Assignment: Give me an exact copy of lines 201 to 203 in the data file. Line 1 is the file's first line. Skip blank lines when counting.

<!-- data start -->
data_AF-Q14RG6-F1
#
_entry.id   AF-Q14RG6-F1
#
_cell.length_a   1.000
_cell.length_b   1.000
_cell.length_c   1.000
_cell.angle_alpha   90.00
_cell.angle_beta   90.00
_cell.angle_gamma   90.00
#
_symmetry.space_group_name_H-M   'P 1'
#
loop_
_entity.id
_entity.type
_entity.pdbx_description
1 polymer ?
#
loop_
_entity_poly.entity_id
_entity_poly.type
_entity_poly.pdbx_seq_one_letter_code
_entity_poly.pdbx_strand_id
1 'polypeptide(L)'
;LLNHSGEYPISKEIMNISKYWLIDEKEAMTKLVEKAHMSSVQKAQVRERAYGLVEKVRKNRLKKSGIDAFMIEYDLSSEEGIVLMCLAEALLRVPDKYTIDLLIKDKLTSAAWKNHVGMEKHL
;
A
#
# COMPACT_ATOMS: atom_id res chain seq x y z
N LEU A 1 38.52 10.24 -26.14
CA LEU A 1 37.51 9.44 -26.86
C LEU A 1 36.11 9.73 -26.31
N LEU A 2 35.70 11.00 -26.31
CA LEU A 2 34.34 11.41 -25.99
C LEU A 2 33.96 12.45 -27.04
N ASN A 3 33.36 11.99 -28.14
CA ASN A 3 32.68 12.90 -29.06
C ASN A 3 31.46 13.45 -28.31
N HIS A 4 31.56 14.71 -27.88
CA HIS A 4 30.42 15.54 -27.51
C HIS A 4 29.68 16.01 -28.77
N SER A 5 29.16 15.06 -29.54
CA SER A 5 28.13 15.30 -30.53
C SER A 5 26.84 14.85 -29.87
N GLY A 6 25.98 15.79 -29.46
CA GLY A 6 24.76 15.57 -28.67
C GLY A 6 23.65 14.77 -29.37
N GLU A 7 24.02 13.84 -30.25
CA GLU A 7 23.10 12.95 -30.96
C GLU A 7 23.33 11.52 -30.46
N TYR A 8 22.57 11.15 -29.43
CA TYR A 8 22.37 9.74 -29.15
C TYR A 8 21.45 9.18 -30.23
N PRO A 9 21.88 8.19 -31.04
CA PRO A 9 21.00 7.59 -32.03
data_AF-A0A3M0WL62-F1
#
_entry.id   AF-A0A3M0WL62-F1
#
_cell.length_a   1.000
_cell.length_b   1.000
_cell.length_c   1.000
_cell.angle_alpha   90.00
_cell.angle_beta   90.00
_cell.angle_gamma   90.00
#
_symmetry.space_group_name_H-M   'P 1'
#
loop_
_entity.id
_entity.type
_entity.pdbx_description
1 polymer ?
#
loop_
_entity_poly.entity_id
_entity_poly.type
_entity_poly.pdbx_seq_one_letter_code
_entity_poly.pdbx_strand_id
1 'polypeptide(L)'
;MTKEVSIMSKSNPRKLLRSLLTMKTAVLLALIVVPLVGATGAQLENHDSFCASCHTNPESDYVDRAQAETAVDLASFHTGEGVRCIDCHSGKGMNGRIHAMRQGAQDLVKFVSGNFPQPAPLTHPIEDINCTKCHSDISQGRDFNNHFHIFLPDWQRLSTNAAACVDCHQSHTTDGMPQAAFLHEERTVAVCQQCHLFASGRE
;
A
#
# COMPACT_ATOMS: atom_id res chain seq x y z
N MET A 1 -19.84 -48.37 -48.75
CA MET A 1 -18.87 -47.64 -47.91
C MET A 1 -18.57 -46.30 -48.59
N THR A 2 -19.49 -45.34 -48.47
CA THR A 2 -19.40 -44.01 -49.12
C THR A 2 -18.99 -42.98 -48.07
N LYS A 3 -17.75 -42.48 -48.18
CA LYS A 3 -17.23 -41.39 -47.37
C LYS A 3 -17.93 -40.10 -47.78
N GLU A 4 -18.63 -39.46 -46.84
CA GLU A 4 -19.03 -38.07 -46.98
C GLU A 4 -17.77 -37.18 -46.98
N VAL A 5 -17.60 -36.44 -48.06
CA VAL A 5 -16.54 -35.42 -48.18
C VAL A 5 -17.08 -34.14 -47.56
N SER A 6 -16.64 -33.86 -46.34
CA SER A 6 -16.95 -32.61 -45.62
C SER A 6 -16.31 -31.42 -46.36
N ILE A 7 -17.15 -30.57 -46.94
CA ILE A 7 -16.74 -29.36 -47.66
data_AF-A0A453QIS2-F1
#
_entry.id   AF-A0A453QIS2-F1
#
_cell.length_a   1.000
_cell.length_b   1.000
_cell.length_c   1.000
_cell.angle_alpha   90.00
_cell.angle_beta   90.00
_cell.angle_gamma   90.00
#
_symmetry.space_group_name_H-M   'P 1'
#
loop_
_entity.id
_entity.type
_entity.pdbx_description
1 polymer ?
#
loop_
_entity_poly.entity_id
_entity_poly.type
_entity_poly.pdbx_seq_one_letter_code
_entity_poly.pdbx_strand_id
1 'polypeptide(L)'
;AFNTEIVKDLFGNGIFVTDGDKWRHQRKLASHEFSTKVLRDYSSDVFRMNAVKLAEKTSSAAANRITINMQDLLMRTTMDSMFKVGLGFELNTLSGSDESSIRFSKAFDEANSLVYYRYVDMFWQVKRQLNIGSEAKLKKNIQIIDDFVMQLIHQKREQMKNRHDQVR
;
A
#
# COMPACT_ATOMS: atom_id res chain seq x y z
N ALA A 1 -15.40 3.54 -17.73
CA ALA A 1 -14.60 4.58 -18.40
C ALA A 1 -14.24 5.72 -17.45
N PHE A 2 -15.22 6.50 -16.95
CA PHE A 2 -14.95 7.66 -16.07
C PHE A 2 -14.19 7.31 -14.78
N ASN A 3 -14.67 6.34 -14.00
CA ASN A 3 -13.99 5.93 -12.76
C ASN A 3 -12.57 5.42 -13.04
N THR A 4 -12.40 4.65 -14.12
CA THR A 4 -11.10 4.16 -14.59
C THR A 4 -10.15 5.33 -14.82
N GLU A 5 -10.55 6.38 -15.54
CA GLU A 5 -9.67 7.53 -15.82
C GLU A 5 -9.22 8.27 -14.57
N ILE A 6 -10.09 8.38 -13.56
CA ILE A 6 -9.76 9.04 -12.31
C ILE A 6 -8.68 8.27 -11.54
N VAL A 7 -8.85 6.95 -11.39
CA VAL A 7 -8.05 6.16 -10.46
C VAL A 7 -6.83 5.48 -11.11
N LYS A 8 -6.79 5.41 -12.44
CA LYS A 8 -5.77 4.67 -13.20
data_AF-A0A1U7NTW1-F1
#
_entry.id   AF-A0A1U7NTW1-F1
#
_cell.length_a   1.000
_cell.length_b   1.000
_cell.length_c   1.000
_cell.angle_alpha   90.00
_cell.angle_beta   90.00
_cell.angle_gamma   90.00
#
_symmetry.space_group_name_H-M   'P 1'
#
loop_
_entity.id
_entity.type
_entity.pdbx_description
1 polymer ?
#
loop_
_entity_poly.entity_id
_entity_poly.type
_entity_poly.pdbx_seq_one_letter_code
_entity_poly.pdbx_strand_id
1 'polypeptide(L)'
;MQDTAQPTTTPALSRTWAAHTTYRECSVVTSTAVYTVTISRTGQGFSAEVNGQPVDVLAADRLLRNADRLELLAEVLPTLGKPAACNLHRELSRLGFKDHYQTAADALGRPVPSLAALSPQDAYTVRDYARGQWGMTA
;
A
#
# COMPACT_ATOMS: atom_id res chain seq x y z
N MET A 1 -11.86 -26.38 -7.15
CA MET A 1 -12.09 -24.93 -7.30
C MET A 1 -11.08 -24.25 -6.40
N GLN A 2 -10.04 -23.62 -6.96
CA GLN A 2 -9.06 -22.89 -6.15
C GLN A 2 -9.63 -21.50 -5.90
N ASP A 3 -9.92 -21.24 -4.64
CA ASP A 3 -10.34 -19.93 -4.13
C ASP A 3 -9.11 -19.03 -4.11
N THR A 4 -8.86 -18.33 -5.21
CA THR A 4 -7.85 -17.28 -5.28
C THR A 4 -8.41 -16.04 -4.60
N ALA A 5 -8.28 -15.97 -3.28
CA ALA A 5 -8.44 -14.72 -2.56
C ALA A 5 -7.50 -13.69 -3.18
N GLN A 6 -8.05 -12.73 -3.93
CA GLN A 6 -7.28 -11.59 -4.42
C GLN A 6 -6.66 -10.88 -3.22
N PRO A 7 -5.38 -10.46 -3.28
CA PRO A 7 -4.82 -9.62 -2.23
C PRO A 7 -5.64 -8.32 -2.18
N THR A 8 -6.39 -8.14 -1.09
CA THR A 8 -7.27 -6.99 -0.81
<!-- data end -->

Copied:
C THR A 4 -8.41 -16.04 -4.60
N ALA A 5 -8.28 -15.97 -3.28
CA ALA A 5 -8.44 -14.72 -2.56